There are many ways you could use your loan amount, but not all of them are wise. Here are four types of expenses you probably should pay for in a different way.
- Everyday bills: You might think a personal loan is a perfect solution to cover the bare necessities while you get on your feet. Instead of taking out a loan though, consider utilizing community support programs to avoid putting yourself in the situation where you’ll rack up debt for your basic needs.
- Big purchase: Whether you’re eyeing a flat-screen TV or a four-wheel-drive car, paying for a big-ticket item with a personal loan is almost always a bad idea. That’s because you’re paying the sticker price for the item, plus the interest rate on your loan, making it a much more expensive purchase.
- Vacation: Maybe you see a personal loan as paving the way for the dream vacation you’ve always wanted. However, you have to consider the added cost of the trip after accounting for interest. Budgeting and setting a savings goal might not be as immediately gratifying as receiving a lump sum from a lender, but it’s the better way to go.
- Wedding: The average American is getting married in their late 20s, so you might not be too far from getting hitched. If that’s the case, consider cutting your guest list or receiving help from family members to cover costs for the big day.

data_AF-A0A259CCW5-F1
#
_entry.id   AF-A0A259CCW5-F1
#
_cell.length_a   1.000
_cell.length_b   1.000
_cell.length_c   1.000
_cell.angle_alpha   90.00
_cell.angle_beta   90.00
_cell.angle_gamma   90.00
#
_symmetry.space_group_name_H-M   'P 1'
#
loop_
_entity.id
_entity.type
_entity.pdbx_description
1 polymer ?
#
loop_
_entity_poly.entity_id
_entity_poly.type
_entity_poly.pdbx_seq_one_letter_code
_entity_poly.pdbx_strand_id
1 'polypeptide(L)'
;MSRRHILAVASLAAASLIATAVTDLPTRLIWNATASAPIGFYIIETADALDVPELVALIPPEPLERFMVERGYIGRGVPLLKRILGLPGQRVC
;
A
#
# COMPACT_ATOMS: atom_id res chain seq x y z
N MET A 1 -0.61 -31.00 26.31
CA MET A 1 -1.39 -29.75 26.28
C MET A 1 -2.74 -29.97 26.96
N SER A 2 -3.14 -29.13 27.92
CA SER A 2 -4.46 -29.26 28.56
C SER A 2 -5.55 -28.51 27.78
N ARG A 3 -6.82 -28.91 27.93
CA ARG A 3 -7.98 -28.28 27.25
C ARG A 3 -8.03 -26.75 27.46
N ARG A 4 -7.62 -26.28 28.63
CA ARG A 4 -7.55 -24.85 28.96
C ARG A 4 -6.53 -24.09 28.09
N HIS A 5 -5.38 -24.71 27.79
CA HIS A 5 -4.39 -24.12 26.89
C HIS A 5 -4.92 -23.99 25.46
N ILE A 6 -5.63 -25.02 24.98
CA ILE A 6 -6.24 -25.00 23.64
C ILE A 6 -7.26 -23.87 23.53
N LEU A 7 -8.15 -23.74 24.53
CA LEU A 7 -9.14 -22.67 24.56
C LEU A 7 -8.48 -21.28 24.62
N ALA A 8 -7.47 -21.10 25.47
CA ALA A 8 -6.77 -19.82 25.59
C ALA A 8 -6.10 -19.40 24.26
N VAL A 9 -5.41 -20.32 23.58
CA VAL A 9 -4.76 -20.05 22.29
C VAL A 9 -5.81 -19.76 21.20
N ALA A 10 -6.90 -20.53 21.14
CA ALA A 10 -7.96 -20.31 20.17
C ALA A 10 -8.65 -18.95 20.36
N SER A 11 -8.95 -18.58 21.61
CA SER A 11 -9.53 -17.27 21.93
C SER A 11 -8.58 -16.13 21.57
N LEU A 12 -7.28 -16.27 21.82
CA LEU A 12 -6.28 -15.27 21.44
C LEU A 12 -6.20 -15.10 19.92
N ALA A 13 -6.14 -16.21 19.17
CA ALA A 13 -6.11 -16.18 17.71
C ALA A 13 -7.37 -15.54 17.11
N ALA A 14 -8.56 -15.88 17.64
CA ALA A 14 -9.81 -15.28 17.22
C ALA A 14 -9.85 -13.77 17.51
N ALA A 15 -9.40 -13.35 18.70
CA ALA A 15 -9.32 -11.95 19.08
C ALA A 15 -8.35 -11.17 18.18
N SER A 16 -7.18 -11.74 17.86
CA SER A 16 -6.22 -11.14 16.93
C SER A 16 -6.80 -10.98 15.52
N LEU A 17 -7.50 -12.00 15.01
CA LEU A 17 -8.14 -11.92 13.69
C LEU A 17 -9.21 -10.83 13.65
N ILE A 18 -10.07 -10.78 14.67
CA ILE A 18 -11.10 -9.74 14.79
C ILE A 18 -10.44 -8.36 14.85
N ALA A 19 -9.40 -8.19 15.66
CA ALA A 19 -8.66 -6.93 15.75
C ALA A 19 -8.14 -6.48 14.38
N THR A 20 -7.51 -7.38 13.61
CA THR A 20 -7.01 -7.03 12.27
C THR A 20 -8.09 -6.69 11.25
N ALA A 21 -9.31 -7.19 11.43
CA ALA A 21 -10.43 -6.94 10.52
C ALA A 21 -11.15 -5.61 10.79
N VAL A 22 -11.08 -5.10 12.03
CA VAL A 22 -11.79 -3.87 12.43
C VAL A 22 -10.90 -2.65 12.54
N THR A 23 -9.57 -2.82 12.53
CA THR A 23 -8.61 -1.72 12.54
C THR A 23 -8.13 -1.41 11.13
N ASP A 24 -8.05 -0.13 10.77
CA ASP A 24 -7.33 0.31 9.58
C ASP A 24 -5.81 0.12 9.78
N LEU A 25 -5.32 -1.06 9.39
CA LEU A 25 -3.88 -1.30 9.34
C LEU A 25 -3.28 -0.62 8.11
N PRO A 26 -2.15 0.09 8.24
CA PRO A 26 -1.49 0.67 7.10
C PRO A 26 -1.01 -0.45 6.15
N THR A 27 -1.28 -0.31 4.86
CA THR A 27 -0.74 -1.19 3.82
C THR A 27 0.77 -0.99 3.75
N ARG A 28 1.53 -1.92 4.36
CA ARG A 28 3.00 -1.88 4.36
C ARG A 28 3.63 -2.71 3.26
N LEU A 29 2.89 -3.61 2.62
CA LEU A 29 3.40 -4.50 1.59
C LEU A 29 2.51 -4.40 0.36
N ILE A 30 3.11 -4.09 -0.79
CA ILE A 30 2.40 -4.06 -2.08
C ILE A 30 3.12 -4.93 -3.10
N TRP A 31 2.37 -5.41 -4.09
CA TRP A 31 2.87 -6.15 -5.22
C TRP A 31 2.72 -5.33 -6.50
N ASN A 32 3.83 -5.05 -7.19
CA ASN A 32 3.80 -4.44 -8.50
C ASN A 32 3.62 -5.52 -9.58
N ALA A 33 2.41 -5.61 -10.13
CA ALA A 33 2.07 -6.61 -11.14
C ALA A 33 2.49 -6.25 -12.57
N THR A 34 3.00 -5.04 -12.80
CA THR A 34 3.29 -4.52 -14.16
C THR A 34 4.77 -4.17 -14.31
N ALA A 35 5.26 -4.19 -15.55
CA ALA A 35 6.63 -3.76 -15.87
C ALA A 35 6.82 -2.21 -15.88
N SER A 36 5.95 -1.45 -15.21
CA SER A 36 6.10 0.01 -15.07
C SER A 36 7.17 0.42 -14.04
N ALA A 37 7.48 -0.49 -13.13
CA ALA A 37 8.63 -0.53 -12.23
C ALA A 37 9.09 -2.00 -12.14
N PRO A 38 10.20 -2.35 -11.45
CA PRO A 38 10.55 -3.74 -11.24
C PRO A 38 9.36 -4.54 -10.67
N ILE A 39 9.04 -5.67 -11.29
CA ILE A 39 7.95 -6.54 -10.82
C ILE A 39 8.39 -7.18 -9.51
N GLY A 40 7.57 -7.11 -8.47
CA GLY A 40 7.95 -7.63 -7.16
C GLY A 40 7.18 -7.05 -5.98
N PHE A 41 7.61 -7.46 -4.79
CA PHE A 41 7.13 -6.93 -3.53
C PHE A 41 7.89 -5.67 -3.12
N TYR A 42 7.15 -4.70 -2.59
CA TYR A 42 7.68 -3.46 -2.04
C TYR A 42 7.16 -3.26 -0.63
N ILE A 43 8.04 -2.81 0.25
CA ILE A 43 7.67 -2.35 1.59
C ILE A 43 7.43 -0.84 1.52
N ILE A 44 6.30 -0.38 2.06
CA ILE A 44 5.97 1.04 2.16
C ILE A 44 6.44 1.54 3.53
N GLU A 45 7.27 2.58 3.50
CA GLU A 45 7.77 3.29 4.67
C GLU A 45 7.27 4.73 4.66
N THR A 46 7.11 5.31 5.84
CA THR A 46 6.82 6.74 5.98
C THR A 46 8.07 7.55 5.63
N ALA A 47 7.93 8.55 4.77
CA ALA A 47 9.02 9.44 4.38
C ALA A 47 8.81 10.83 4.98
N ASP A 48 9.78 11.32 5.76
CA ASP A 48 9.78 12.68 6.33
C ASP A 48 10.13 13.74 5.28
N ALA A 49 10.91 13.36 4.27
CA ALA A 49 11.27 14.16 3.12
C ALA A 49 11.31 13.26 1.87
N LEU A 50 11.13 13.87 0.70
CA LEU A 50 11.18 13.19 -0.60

3. Pro: It could help you invest in yourself
Although not all expenses should be paid for with a personal loan, there are plenty of reasonable uses for one.
For instance, at this stage in your career, perhaps you’re considering one of the following expensive life changes:
- Relocating: Maybe you aced an interview for an out-of-state job only to find out that you’ll have to pay for your moving. Borrowing money to cover some or all of the costs could be a smart idea if you take into account whether your new salary is enough to help you repay the loan.
- Continuing your education: You may have decided to take out student loans to pay for your undergraduate and post-graduate degrees. But you could use a personal loan to pay for a certification, class, or conference that you need to be promoted at work. Before resorting to borrowing, however, find out if you can get your employer to pay for the program or if you can work out a payment plan with the organization offering it.